Atlanta to test people, traffic systems
- By Allan Holmes, John Monroe
- May 19, 1996
Athletes from around the world will not be the only ones gathering in Atlanta this summer to test their prowess in the centennial Olympics.
Numerous federal agencies are using the Olympic Games as an opportunity to test new computer systems designed to ease the strain that an estimated 2 million visitors will put on Atlanta's various transportation systems.
One of the more ambitious projects is the $140 million Intelligent Transportation System (ITS), a joint effort of the Federal Highway Administration and the Georgia Department of Transportation.
ITS was created specifically for the Olympics and is thought to be the most integrated transportation system in the nation.
"It's a model for other metro areas of what we think ITS can do in terms of traffic and transit management and providing information to travelers," said Shelley Lynch, engineering systems manager for FHA's Georgia Division.
The heart of ITS is the Advanced Transportation Management System (ATMS), which collects traffic information from more than 350 cameras, numerous traffic reporters and other sources scattered throughout the city. The system, operated by the Transportation Management Center and six control centers in the Atlanta area, includes geographic information system software, a relational database management system, real-time data acquisition and expert system software and traffic-specific programs.
The traffic information will be distributed through a half-dozen media, including radio wave-based, handheld personal communication devices and navigational units mounted in vehicles. The devices are being distributed free of charge through the Chamber of Commerce, the Atlanta Committee for the Olympic Games and Atlanta businesses.
ATMS traffic data also will be distributed through 130 touchscreen kiosks throughout the Atlanta region. Information on vehicle route planning, public transit schedules and route planning and weather information will also be available.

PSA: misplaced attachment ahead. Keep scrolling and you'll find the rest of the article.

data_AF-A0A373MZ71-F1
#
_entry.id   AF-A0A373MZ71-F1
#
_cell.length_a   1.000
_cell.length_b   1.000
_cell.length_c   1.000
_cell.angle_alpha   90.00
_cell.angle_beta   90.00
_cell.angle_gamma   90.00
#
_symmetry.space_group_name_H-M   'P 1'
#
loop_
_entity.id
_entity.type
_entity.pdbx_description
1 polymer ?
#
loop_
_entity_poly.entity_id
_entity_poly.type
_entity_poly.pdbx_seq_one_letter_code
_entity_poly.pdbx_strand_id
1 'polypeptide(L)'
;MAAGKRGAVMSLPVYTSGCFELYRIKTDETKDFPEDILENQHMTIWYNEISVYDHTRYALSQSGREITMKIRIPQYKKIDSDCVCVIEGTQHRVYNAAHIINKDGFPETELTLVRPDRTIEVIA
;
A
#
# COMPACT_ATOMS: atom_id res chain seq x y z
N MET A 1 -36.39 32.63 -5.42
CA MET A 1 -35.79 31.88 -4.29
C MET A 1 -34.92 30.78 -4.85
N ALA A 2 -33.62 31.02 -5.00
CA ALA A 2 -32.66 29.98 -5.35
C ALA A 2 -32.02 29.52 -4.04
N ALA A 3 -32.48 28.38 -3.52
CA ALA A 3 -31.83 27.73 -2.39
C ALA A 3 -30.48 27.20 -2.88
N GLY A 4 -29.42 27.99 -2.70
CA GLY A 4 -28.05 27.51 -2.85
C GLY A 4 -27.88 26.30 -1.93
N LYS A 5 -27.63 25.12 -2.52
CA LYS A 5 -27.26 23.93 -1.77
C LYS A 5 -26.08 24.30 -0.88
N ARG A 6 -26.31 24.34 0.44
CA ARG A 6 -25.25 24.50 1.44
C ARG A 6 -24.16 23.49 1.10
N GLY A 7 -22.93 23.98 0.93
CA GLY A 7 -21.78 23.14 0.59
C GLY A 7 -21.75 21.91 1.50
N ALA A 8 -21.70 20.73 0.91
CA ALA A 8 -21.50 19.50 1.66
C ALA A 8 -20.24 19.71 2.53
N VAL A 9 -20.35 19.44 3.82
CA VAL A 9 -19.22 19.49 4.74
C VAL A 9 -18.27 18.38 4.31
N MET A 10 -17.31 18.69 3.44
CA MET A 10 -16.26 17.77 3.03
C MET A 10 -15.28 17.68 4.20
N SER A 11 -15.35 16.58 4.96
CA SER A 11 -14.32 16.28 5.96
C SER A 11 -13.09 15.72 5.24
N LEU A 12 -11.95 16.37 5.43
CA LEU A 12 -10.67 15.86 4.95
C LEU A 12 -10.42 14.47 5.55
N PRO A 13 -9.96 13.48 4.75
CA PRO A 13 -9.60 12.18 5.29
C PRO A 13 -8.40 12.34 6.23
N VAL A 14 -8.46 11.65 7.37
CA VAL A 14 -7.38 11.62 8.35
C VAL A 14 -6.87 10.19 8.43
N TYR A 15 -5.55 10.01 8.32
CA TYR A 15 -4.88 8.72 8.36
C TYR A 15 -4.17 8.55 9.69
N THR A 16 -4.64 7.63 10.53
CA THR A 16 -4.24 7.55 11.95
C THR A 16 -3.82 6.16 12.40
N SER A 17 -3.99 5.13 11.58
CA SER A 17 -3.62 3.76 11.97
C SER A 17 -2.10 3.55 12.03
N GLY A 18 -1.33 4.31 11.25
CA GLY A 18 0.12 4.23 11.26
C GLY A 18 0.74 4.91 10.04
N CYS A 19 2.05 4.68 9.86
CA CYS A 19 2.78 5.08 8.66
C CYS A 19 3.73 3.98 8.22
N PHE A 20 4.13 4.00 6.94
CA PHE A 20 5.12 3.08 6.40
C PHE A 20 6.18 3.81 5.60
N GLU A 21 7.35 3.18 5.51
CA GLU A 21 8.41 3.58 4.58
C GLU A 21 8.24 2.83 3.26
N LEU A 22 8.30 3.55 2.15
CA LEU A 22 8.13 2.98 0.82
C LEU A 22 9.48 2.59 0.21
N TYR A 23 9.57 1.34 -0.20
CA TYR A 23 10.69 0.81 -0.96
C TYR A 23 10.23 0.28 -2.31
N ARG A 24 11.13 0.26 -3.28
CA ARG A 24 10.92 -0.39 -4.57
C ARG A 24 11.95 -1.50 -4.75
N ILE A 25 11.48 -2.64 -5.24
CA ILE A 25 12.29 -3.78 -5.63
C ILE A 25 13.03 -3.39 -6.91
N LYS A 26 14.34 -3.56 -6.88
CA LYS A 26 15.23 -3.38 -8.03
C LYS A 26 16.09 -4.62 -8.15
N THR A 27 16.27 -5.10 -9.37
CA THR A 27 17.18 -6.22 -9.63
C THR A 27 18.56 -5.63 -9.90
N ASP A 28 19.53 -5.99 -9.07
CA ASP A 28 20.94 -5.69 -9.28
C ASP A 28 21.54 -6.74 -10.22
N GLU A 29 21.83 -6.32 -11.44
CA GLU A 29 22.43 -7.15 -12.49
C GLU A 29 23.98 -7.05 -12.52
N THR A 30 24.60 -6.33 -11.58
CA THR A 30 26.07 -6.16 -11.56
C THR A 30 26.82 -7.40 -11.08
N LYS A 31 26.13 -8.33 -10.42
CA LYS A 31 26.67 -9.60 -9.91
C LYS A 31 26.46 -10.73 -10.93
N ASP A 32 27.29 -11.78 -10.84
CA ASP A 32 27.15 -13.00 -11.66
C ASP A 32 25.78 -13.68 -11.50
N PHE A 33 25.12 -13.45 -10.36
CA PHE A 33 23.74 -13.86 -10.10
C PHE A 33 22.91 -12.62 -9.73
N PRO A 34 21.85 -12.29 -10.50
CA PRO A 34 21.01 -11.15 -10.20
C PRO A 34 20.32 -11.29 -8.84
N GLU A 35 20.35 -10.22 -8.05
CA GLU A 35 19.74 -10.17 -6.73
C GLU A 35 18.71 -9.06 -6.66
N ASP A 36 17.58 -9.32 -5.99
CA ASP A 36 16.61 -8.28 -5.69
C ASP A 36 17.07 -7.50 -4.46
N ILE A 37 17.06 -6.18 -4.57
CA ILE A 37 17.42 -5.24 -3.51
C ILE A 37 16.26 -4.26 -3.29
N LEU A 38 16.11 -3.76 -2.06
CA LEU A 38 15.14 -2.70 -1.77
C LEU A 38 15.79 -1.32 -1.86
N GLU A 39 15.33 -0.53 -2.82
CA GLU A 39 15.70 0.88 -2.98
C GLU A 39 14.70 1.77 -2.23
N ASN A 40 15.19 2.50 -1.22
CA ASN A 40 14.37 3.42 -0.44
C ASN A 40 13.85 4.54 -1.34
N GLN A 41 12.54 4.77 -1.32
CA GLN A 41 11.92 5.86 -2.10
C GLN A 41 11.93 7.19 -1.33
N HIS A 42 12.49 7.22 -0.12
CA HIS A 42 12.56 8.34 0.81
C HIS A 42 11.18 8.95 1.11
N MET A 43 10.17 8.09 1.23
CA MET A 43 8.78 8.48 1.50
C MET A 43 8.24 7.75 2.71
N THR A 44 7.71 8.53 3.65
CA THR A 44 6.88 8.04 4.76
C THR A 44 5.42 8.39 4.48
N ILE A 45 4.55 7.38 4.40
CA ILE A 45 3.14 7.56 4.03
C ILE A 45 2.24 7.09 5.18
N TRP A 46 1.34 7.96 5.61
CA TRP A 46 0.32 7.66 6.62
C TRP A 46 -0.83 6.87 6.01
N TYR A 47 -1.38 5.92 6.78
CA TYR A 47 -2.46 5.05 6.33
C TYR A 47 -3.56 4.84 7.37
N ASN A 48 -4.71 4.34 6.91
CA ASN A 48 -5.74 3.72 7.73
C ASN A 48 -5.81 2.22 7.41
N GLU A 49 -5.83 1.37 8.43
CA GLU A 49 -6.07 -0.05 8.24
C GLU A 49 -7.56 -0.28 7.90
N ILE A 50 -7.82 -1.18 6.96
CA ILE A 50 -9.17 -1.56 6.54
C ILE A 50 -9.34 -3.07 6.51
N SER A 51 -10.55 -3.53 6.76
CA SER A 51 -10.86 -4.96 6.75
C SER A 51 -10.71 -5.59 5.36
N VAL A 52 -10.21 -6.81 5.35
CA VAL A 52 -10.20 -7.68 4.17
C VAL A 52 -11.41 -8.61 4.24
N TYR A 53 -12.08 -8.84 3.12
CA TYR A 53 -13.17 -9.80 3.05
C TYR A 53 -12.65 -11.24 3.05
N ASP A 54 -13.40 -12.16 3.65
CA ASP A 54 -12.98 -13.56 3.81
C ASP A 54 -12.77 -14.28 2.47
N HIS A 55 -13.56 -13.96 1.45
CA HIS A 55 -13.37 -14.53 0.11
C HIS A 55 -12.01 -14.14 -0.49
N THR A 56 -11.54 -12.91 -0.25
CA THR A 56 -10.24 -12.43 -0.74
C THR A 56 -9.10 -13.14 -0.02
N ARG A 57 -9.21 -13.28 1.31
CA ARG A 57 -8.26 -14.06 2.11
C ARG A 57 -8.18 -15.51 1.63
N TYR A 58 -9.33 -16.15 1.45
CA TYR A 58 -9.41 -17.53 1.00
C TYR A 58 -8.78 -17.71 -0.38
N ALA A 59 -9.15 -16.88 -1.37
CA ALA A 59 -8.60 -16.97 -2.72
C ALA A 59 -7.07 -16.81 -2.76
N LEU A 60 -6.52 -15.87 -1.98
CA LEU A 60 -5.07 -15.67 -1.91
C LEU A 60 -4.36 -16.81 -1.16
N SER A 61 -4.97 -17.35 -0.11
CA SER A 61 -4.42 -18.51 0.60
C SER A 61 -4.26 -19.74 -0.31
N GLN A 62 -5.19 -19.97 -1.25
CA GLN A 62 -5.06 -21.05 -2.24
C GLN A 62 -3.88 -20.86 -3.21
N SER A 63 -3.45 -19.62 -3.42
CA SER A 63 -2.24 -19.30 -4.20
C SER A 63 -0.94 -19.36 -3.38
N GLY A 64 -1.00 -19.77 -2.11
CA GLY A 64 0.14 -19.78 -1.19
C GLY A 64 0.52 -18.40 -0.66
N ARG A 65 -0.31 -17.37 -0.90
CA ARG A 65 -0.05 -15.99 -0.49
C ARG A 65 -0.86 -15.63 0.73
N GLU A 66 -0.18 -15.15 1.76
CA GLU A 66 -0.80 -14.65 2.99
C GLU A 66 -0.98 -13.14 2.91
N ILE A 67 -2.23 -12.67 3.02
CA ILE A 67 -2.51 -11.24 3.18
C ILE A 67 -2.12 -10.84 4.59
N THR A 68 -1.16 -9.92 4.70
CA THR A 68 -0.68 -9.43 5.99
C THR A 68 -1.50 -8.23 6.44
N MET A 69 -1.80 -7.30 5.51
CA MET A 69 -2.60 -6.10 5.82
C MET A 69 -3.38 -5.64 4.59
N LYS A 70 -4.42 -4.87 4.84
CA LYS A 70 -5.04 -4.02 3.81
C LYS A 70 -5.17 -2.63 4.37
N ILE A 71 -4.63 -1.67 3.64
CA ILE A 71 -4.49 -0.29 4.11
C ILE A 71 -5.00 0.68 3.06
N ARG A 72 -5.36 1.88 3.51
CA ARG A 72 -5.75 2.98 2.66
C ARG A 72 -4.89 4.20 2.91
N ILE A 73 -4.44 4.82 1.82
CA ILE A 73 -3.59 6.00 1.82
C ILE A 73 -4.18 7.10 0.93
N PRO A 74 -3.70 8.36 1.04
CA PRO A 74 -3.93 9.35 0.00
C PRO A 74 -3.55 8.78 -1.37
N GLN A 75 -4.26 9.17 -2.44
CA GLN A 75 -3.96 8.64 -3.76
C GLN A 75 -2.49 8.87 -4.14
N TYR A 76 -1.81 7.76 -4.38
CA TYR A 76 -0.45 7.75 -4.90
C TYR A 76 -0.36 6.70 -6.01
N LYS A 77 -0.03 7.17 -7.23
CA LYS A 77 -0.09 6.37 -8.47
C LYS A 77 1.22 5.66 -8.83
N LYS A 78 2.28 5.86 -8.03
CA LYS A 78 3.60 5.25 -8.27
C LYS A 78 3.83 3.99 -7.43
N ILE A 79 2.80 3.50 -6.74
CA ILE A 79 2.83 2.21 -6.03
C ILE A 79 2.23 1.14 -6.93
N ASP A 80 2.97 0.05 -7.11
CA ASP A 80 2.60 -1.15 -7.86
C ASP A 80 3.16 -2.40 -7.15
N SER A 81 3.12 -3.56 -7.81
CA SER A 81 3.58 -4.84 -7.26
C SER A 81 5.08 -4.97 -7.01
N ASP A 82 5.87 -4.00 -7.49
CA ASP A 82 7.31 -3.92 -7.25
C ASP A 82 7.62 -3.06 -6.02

ITS will not reduce congestion, but it will allow transportation officials to respond quickly to problems and will give visitors and residents an opportunity to better plan their routes through the city.
Traffic congestion could be eased, however, by the General Services Administration's new telecommuting program in Atlanta. This month GSA opened a telecommuting center in the federal courthouse in Gainesville, Ga. (pop. 18,000), 60 miles northeast of Atlanta.
GSA is offering the center, which has 25 workstations, to federal agencies free of charge through fiscal 1996. Atlanta employees from the Department of Housing and Urban Development have already signed up to work in the center.
"We always have had plans to begin telecommuting in the Atlanta area, but the Olympics was a catalyst to get it started," a GSA spokeswoman said.
GSA plans to open three more telecommuting centers in Georgia—in Lithonia, Kennesaw and a yet-to-be-determined town—with a target of relocating about 4,500 of the 13,000 federal employees who work near or inside the "Olympic Ring," an imaginary circle encompassing much of downtown Atlanta, where many events will take place.
Meanwhile, the Federal Aviation Administration will be testing a new system, dubbed the "highway in the sky," to help alleviate air traffic congestion. The Atlanta Short-Haul Transportation System will monitor low-flying helicopters used for security, air ambulance services and local law enforcement.
The FAA has outfitted about 50 helicopters with Global Positioning System satellite receivers that will provide precise positioning information. The FAA also is using data link communications to transmit information to a network of air traffic management systems.
In response to the expected onslaught of air travelers, the Immigration and Naturalization Service has installed its Ident system in the Hartsfield-Atlanta International Airport. Ident is an automated fingerprint identification system that stores fingerprints and photos of persons caught illegally crossing the border. Ron Collison, head of information resources management for the INS, said the Olympics, with a tremendous influx of foreigners, will be viewed by many as a way to illegally enter the United States.